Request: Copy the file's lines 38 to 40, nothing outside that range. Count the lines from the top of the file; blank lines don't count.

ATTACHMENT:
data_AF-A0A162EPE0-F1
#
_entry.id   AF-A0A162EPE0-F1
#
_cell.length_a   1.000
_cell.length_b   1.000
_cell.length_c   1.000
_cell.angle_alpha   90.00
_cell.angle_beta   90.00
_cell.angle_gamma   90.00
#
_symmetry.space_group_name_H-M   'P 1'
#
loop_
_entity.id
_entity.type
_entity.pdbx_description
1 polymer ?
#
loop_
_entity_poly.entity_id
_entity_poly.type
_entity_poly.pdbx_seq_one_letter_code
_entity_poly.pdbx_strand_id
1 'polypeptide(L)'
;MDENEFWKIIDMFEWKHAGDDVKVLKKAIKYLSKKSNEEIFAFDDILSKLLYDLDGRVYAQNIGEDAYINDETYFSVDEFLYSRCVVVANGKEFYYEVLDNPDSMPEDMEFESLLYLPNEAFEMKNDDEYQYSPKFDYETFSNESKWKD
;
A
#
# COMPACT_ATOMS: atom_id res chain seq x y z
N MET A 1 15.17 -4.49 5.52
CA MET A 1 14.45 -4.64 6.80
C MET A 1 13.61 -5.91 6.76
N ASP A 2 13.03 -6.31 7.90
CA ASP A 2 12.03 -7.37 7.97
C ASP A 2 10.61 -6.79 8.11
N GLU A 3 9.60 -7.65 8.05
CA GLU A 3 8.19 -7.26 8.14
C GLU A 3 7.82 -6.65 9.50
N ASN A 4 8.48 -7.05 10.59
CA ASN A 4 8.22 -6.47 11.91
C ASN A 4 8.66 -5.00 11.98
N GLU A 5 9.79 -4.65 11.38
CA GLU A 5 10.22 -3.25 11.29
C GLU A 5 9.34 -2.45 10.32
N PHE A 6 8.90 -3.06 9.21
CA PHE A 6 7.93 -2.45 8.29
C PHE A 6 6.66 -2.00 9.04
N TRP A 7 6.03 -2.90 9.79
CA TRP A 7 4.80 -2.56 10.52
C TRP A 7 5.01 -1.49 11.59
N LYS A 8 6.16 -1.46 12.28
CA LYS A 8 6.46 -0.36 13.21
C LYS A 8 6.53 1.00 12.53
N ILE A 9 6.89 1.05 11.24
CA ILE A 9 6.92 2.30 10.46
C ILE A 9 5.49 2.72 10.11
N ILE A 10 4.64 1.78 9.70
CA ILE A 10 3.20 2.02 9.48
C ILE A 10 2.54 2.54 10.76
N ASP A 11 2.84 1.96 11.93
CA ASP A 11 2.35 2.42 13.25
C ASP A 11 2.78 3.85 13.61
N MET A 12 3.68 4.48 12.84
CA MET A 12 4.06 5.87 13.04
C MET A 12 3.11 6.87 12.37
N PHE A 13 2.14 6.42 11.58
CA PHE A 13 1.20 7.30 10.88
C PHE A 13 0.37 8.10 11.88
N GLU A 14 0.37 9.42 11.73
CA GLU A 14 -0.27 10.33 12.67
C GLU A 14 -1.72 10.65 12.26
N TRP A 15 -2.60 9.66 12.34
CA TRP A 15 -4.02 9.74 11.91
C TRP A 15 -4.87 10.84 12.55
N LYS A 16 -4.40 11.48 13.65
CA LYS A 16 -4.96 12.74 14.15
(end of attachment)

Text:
CA GLU A 3 8.19 -7.26 8.14
C GLU A 3 7.82 -6.65 9.50
N ASN A 4 8.48 -7.05 10.59